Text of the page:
Friday, April 11, 2008

Jason Altmire, Melissa Hart, Hillary

I hope you'll read the column below about Melissa Hart, who is running to regain her congressional seat in Pennsylvania's 4th congressional district. You can find her web site here.

Starting this weekend, I'm be writing more about Melissa Hart and her opponent, a loathesome creature named Jason Altmire. He won in 2006 mainly by spewing falsehoods about Melissa --she called them "a pack of lies" -- and by making false promises to the voters of the 4th congressional district (where I live). For example, he told the voters he opposed a "timetable" for withdrawal from Iraq. However, when he got to Congress and Nancy Pelosi and John Murtha showed him the Democratic "trick," he fell all over himself to vote for the timetable. He claimed to be pro-life, but in Washington he voted for federal funding of embryonic stem-cell research. He claimed -- and claims -- to be a conservative Democrat, but he voted for the largest tax increase in history. His motto seems to be: "Ask me no questions, and I'll tell you no truths." He's a piece of work, and he must be defeated.

Friday evening about 7 p.m. Eastern I'll put up this weekend's column about why Senator Hillary Clinton should not withdraw from the Democratic Primary race. I'll back up my argument with some information you haven't seen before. Why you haven't seen it -- and especially, why the Clinton campaign isn't heralding it -- are the big questions.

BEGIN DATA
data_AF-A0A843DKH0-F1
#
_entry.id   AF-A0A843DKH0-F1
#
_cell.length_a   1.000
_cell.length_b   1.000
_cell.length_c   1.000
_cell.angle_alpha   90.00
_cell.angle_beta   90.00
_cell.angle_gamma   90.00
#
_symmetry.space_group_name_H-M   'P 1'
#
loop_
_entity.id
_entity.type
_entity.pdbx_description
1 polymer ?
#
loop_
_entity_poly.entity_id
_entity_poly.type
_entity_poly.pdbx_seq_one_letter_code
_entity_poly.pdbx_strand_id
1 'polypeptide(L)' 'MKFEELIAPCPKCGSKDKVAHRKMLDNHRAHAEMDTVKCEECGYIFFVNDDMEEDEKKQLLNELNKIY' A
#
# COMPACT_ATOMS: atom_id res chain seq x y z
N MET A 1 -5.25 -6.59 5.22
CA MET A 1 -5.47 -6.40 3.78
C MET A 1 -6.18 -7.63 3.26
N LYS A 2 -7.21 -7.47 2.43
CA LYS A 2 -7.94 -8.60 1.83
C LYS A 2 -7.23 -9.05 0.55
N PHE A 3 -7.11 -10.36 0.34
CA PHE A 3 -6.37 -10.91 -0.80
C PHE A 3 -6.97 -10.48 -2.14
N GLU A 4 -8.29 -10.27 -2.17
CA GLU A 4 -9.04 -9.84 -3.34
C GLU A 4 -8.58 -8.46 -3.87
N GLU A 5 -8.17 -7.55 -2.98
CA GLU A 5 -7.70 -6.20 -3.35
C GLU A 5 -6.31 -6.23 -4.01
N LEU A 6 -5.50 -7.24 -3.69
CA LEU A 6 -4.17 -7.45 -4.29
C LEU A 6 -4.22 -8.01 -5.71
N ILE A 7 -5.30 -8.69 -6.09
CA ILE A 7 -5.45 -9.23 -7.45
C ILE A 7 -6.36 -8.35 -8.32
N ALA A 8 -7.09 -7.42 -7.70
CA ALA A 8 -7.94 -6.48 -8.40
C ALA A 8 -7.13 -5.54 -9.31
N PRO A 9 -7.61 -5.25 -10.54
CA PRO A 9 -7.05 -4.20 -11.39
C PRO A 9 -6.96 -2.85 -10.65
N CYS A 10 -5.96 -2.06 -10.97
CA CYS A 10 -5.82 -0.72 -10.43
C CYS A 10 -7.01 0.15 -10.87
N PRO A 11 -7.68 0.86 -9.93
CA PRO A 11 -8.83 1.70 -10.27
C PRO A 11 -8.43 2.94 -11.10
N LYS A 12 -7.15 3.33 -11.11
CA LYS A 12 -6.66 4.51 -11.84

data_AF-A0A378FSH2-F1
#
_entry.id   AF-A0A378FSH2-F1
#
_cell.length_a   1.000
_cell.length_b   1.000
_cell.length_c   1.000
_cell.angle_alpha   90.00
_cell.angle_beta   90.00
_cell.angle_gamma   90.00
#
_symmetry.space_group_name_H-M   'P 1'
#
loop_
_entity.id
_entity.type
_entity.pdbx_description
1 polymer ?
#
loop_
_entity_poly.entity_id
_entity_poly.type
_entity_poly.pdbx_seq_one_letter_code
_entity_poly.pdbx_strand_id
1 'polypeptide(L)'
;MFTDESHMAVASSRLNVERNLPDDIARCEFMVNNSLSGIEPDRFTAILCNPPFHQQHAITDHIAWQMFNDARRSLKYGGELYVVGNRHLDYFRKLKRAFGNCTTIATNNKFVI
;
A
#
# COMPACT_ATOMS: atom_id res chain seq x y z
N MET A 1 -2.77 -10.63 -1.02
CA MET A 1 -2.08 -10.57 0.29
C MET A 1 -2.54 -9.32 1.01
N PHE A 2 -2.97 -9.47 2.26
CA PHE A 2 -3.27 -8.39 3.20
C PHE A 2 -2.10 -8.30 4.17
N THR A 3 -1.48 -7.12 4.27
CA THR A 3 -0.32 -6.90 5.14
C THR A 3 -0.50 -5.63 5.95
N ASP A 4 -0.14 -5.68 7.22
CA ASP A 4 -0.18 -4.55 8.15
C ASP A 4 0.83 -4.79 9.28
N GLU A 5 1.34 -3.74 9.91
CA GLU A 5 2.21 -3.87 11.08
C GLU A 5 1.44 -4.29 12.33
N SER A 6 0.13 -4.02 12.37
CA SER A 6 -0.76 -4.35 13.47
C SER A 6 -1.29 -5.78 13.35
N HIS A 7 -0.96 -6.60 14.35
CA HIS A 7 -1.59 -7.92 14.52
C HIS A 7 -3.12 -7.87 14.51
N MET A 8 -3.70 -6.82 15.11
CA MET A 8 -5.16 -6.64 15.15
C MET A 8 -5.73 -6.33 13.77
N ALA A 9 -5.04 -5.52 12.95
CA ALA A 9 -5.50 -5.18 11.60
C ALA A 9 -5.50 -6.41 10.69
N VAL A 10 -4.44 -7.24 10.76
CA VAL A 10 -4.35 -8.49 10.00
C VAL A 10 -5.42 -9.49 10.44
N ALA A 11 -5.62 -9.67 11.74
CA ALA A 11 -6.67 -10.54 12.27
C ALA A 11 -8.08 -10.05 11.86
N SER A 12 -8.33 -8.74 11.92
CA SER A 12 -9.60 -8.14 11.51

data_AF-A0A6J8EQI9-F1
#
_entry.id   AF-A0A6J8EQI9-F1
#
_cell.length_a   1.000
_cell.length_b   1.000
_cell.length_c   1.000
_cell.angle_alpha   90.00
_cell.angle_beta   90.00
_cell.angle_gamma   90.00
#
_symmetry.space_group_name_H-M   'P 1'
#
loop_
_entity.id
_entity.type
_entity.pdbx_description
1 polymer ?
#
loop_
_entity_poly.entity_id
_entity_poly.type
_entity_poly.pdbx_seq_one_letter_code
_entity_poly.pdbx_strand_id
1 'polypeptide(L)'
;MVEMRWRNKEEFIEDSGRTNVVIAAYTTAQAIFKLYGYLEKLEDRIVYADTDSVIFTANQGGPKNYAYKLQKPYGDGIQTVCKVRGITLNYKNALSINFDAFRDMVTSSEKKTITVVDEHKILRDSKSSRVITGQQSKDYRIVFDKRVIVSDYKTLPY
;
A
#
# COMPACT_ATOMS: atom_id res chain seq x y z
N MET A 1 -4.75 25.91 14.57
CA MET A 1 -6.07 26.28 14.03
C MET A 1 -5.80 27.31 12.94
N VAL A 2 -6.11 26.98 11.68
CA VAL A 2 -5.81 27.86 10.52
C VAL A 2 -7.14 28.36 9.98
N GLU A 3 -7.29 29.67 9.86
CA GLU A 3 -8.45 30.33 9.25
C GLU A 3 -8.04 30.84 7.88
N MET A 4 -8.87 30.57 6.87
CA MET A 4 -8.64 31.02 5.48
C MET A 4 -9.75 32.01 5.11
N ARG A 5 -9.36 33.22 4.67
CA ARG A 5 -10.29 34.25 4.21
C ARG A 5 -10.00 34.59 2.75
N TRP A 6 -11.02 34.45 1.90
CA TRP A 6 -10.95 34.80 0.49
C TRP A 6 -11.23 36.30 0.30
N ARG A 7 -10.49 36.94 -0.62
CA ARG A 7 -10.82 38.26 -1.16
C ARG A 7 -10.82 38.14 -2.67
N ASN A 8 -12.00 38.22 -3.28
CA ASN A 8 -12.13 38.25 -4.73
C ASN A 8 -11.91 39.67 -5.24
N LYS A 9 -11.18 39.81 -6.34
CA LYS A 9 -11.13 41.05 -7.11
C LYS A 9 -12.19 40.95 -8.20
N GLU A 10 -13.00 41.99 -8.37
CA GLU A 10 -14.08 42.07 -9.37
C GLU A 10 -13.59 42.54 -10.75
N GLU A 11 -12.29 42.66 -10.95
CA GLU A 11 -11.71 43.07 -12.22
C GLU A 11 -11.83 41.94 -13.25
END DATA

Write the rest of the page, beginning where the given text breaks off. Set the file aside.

You've heard that Obama has won the most pledged delegates, the most states, and the most popular votes. All that is true (although it doesn't include popular votes from Michigan and Florida, both of which Clinton won), but it is one of those truths that may contain a larger falsehood.

Here's "Lexington's" unique analysis (in The Economist, April 5-11) of Senator Clinton's situation: "She can . . . make a plausible case that she is the stronger candidate."

How? "She [can make the point that] she so far [has] won 14 states with 44% of the country's population (16 states with 53% of the population if you include Florida and Michigan) compared with [Obama's] 27 states with 34% of the population. She has won Florida and Ohio, two battleground states, and will almost certainly win [another,] Pennsylvania."

The main mistake the Clinton campaign made was to pay little attention to the caucus states, starting with Iowa and extending to places like Wyoming and Idaho. Obama wounded her with a thousand cuts in the smaller states, and that's a major reason he's ahead in pledged delegates.
Another element that hurt her was the bloc voting by Blacks in states like South Carolina, Georgia, Mississippi, and Louisiana.

Is Senator Obama going to win SC, GA, MS, and LA? He's not going to come close to winning any of them. In the general election, he's going to have real problems winning most of the large states Mrs. Clinton carried in the primaries (such as TX, OH, and PA). Obama will do better than Kerry in many of the "red states," but he looks unlikely to win any of them.

Overall, things are looking very good for John McCain.

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